Hey guys, I have a few questions regarding one of my older guitars. It was my first guitar; it's a Tenara SD 26, a pretty standard beginner's guitar. I've noticed recently that with the first string the 11th fret is pretty buzzy and on the 12th, 13th, and 14th frets, it plays the same note (an F#), instead of E, F, F#. I thought it was because the neck was twisted so I fiddled around with the truss rod for a bit, but nothing has worked. Has anyone else dealt with this, and is there an easy solution? The only thing I can think of is that somehow the neck got bowed up by the body somehow. Thanks
Definitely sounds like some neck warpage. Look down the neck from the headstock (in line with your eye) to get a good idea exactly of how the neck is bowed/twisted/warped/etc.

There are resources online to help you get it fixed yourself, if it's fixable which odds are it is, or you can take it to a local reputable luthier to get it professionally fixed for not much money.
My God, it's full of stars!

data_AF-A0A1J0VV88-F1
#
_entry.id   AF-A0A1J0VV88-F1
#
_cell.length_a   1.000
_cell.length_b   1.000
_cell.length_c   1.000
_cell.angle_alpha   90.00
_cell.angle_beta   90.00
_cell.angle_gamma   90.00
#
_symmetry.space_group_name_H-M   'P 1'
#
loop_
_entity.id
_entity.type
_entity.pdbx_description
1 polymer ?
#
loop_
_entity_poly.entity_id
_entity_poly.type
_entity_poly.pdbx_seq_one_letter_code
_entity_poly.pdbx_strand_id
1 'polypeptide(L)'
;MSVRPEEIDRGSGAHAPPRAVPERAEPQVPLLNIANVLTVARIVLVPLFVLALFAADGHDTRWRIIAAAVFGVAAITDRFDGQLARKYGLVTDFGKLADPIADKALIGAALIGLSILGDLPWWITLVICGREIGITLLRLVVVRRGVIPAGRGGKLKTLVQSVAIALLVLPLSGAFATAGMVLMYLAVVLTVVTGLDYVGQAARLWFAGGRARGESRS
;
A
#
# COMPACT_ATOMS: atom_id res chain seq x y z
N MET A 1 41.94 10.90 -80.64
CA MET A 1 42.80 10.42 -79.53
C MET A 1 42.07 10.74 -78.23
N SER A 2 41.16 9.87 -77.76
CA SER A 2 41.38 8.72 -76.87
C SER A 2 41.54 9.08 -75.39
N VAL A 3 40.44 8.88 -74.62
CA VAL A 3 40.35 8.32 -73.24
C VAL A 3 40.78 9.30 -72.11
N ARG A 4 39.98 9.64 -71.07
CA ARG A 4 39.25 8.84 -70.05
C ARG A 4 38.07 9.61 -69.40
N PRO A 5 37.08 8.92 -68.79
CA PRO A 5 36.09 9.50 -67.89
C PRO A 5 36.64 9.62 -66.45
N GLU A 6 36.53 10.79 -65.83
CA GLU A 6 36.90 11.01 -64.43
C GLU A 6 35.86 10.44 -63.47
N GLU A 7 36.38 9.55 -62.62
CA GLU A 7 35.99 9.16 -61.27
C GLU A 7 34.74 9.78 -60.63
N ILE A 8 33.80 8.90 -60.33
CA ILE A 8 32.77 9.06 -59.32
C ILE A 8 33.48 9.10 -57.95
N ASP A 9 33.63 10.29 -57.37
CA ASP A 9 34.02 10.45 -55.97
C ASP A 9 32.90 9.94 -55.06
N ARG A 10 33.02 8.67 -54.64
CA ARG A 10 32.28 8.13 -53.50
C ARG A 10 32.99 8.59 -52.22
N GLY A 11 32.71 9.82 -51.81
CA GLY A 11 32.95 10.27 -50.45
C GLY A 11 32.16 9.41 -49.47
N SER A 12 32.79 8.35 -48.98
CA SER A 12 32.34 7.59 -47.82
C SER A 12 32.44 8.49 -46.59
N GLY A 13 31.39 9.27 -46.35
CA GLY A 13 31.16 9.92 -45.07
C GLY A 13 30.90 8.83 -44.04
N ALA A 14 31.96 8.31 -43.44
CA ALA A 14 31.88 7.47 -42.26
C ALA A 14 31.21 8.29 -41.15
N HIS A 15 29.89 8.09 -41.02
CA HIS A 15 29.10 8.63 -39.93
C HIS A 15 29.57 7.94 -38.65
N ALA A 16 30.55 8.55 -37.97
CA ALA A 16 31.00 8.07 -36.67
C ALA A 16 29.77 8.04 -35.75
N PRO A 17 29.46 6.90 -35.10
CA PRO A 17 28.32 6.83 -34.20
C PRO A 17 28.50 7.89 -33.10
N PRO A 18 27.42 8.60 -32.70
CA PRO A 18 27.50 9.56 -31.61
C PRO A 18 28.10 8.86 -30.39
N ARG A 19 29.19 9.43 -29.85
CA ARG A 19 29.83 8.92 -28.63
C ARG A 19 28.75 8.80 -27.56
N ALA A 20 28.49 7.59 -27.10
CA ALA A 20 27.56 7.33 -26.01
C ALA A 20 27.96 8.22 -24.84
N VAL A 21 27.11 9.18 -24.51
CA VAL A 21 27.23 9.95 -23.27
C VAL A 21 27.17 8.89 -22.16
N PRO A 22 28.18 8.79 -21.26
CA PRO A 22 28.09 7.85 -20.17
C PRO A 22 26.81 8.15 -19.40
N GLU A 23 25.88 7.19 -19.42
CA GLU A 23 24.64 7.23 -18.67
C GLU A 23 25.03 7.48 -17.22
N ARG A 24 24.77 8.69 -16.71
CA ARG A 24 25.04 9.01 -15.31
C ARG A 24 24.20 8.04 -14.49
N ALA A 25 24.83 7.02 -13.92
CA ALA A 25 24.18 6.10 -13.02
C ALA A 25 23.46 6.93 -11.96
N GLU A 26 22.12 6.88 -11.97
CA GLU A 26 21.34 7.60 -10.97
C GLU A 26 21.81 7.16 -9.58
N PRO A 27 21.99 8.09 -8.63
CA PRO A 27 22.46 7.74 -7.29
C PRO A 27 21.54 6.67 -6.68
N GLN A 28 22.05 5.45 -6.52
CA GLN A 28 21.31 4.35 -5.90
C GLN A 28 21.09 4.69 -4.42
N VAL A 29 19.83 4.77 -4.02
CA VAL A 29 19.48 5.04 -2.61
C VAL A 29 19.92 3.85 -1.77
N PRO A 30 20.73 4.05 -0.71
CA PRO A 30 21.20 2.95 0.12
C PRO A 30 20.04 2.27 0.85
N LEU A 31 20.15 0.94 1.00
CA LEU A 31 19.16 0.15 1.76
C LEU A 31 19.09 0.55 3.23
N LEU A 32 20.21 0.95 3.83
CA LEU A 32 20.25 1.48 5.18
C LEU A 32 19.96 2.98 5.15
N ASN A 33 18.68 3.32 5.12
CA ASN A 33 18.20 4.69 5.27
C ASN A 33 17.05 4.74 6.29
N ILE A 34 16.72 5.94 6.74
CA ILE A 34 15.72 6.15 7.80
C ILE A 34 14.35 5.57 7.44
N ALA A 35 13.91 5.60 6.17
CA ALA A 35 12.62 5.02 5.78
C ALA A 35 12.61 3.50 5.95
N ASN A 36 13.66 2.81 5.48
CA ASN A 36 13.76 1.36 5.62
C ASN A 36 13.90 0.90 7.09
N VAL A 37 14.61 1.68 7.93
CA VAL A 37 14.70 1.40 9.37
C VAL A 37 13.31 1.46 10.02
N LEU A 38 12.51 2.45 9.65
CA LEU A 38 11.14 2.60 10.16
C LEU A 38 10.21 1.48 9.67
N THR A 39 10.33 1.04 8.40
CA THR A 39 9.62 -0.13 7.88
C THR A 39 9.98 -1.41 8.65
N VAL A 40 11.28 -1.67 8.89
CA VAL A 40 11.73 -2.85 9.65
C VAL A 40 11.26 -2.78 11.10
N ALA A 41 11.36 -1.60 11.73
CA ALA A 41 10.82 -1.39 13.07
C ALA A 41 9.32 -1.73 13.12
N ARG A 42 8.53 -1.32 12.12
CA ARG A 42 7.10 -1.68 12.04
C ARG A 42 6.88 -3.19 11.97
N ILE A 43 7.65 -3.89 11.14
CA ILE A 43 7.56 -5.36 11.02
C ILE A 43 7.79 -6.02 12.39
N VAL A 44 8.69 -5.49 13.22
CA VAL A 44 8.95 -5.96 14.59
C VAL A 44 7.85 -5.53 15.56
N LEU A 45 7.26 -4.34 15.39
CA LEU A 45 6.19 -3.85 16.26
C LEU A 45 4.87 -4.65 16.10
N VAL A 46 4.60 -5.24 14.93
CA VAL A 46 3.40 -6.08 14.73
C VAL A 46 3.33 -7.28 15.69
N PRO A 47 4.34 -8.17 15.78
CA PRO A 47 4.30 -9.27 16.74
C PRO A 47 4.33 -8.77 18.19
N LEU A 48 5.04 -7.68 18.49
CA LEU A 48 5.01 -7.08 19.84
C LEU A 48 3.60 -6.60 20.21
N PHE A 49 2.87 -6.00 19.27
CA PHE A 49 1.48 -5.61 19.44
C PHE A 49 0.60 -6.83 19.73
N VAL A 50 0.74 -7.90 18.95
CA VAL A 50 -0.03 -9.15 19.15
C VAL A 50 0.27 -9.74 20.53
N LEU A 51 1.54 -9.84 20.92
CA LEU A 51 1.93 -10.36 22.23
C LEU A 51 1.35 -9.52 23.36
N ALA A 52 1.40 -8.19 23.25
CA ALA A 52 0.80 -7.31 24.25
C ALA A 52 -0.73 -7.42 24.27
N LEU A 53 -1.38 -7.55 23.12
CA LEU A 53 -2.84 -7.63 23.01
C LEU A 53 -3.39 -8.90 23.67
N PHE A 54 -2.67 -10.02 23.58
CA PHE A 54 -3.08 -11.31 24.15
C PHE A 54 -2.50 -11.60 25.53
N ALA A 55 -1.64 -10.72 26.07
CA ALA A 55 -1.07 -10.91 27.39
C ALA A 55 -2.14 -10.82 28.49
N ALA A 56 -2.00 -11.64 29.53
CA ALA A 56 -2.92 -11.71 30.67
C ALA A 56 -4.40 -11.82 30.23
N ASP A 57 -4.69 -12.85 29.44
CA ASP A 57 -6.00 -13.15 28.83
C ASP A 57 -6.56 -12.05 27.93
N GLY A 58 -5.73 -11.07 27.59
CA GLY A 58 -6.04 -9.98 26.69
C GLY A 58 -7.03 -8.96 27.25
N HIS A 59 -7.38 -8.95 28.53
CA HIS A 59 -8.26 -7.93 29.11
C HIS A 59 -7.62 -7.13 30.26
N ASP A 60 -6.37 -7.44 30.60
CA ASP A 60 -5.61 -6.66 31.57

A warped sound board could at the very least be a contributing factor. Sometimes when acoustics get older, the pull of the strings can rotate the bridge forward, causing a "gully" in front of the bridge.It's perhaps much more rare than the neck rotating upward and causing the action to be too high, but it does happen.

The symptoms you're describing, are those of an action which is too low. Now, whether that's the sole cause, or just part of the issue, I can't tell from here.

Stuff like you're describing, can also be aggravated by sanding the saddle down too much, (it would be sitting quite low in the bridge) You didn't try to make this guitar play just a wee bit too well, now did you?

On a slightly more serious note, the very low humidity often encountered in wintertime, can cause the top to "shrink" to the point where it becomes either flat, or more seriously, somewhat concave. (Which drops the action and also causes the symptoms you're describing).
Last edited by Captaincranky at Feb 20, 2017,
I have a Walden on which that happens unless well humidified. Yea, the action is super low. Forced air furnace with floor registers was the cause.
The heel hump is a common problem. If it's caused by low humidity and is not actively humidified it can become permanent. Two solutions I have used is to set the guitar face down on a small tub of water or put a 1/2 pint glass of water in the case with the guitar. Natural humidifiers!
To fix the permanent hump problem I've used a piece of flat brass that covers three frets and hammer the frets on the hump to set them lower. Sometimes it works. If not it's remove the frets and sand the fretboard flatter at the hump.
Last edited by skido13 at Mar 6, 2017,